Southern Nevada Harley-Davidson Sales Inc. – Las Vegas, NV – June 4, 2007

Southern Nevada Harley-Davidson Sales Inc.
Las Vegas Harley-Davidson
Las Vegas, Nev., 89169
Red Rock Harley-Davidson
7100 W. Sahara Ave.
Las Vegas, Nev., 89117
Zion Harley-Davidson
2345 N. Coral Canyon Blvd.
Washington, Utah 84780
Don Andress and Tim Cashman
Take a tourist mecca and an iconic motorcycle company, mix them together and you get powersports dealerships that serve not only a loyal local customer base but also a wide array of visitors from around the world, all who walk away with an experience. Long-time friends Don Andress and Tim Cashman have been working to expand and enhance that experience since they took over operations for Southern Nevada Harley-Davidson Sales Inc.’s three main locations in 1995. In addition to two Las Vegas stores and a dealership in Southwestern Utah, the company operates six alternative retail outlets throughout the Las Vegas area. Las Vegas Harley-Davidson moved into its current store in 1999, while Red Rock Harley-Davidson is its newest. Southern Nevada Harley-Davidson Sales is in the process of expanding Zion Harley-Davidson and plans to double available space from 8,000 square feet to 20,000 square feet.
The long-term viability of the industry, particularly Harley-Davidson’s role, is Cashman’s top concern. Keeping customers interested is the key, he said. “I think my greatest concern is our collective ability [both as a dealer and with Harley-Davidson] to continue to deliver products and services that continue to excite people for the next 50 years,” Cashman said. “If we’re going to continue to grow our sales, we need a constant stream of exciting products that will expand demand. If we don’t stay up with the times, then this business is not going to be nearly as good as it is.”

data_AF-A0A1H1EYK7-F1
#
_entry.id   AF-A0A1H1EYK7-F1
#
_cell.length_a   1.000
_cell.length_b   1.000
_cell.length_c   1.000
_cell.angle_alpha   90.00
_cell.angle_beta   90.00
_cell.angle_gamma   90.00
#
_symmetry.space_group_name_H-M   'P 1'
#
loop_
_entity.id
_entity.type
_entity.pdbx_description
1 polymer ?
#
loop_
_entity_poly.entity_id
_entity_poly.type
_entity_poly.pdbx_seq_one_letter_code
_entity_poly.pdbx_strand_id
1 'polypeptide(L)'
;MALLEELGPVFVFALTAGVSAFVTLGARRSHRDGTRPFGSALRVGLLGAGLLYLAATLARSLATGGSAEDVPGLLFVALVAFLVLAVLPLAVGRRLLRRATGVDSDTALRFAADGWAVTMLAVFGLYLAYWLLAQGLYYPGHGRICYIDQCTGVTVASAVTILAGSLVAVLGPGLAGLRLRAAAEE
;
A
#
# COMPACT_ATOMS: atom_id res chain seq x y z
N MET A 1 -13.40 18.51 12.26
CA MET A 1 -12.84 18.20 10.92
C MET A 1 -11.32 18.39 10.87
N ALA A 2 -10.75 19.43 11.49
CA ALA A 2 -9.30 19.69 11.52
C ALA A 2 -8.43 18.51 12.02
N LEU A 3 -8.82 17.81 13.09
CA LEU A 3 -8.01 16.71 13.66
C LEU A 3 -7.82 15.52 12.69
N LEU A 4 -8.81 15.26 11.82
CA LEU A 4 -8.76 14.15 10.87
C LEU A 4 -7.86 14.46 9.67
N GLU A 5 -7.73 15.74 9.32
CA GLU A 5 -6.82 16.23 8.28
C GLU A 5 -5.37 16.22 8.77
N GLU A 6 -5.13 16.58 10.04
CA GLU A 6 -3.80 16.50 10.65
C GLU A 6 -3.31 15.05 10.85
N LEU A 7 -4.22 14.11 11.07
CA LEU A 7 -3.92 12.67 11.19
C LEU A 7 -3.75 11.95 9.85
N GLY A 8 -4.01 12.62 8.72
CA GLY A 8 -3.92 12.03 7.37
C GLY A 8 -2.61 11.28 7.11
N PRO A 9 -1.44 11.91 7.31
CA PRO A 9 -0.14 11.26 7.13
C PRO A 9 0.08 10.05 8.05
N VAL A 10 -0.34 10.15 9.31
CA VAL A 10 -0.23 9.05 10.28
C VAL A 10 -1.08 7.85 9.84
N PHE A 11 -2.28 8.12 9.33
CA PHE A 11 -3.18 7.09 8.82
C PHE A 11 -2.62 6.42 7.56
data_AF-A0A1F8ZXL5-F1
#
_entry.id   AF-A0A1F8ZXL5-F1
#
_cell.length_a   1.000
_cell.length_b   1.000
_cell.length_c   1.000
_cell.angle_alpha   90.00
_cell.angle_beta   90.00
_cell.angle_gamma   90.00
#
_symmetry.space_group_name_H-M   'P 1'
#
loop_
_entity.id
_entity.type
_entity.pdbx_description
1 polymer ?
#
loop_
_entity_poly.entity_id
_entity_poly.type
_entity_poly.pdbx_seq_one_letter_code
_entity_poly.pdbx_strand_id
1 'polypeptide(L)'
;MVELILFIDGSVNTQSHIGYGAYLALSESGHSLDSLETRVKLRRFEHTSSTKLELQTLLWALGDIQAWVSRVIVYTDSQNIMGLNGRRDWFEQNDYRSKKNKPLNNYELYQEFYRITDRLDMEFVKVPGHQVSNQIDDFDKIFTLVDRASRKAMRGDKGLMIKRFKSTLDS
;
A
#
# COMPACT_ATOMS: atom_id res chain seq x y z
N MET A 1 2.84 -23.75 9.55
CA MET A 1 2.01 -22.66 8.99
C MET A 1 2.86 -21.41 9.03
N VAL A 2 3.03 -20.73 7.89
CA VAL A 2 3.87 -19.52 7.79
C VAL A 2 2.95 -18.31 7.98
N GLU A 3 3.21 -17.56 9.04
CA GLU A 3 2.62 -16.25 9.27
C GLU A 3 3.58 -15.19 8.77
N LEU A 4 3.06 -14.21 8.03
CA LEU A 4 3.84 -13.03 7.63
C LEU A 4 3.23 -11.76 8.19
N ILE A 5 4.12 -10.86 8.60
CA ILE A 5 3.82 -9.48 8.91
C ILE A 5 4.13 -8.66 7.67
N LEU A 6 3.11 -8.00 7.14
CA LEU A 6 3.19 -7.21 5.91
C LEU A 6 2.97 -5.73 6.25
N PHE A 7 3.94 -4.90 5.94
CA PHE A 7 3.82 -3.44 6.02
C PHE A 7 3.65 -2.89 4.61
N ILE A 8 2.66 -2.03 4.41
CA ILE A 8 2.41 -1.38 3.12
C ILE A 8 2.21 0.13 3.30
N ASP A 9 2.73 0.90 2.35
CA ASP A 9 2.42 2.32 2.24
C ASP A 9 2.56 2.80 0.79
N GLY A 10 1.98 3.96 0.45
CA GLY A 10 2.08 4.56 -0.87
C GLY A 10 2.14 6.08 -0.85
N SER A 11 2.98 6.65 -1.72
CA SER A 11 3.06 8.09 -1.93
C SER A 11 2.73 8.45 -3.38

H-D’s new Nightster has been the hottest seller for Southern Nevada Harley-Davidson Sales. The bike has drawn the eye of younger riders throughout the company’s territory. The styling also makes it a popular ride: a little nostalgic, but also very different, Cashman said. “Harley hit it right on the mark,” Cashman said, referring to the Nightster.
The housing situation and technology have changed how customers prepare and purchase motorcycles lately, Cashman said. “The shoppers are more discriminating,” he said. “People are coming in wanting a better deal, wanting what they want and credit isn’t as good in general. The kind of housing bust we’re seeing is really affecting people’s ability to buy what maybe one of the most expensive toys a person might buy.”
Southern Nevada Harley-Davidson Sales does extensive parts, goods, accessories and service business at all its locations, particularly with the alternative retail outlets selling MotorClothes and other collectibles. In parts and accessories, customers are looking for customization and performance modification. Female riders are rising in this sector for the business. Since the dealership gets more than 200,000 visitors a year, it makes sure to have a deep inventory of collectibles available. Las Vegas Harley-Davidson is home to 15 full-time technicians, including Master Techs, who service both regular customers and a large number of traveling customers.
Las Vegas Harley-Davidson runs a shuttle bus that runs between select hotel/casinos and the dealership. Tourist customers pick up everything from jeans and T-shirts to shot glasses and other collectibles. “We benefit from being the tourist capital of the U.S.,” Cashman said. “It’s really attractive to take the shuttle bus. We get visitors from everywhere.” Although more people visit the store, thanks to the shuttle, the company knew it would get even more business through going to where the people were, which was the reasoning behind opening the alternative retail outlets. The smaller retail outlets can be found at the Las Vegas Convention Center, McCarran International Airport and a handful of hotel/casinos.
“Clearly understand the opportunities that your individual market presents to you and try to take advantage of those opportunities,” Cashman said. “Make sure every department is a profit contributor to the overall bottom line. Good processes and good people pay big benefits.”
— Lisa Young

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